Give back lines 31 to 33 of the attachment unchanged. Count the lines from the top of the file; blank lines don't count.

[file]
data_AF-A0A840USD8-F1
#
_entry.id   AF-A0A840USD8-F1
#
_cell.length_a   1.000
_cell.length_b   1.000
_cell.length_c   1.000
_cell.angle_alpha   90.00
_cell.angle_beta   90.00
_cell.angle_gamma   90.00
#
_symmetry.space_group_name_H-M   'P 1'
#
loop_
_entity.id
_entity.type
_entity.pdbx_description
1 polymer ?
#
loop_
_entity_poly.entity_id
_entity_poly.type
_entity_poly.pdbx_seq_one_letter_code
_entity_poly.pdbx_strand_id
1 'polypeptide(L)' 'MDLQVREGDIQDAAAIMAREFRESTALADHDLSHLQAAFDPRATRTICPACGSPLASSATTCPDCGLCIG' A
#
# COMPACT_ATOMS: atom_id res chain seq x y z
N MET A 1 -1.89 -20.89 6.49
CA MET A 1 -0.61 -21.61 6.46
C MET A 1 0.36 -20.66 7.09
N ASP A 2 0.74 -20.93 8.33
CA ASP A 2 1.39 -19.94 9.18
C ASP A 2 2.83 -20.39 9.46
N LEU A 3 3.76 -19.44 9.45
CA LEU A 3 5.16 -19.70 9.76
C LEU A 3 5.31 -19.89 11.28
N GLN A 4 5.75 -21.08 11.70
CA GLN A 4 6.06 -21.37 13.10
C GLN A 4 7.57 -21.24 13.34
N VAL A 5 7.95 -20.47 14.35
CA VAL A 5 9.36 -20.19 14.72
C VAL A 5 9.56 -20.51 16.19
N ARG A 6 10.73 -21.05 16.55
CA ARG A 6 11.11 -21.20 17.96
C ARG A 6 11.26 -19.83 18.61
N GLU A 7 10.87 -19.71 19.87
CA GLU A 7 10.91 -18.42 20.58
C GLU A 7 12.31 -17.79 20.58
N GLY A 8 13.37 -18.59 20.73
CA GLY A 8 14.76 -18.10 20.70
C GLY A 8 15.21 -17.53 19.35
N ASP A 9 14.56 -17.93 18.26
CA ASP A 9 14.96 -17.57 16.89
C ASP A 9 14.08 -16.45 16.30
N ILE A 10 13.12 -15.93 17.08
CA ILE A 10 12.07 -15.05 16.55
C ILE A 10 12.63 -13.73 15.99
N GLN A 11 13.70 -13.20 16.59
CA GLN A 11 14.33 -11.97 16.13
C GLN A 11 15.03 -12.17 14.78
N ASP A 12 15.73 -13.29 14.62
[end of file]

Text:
N ASP A 2 0.74 -20.93 8.33
CA ASP A 2 1.39 -19.94 9.18
C ASP A 2 2.83 -20.39 9.46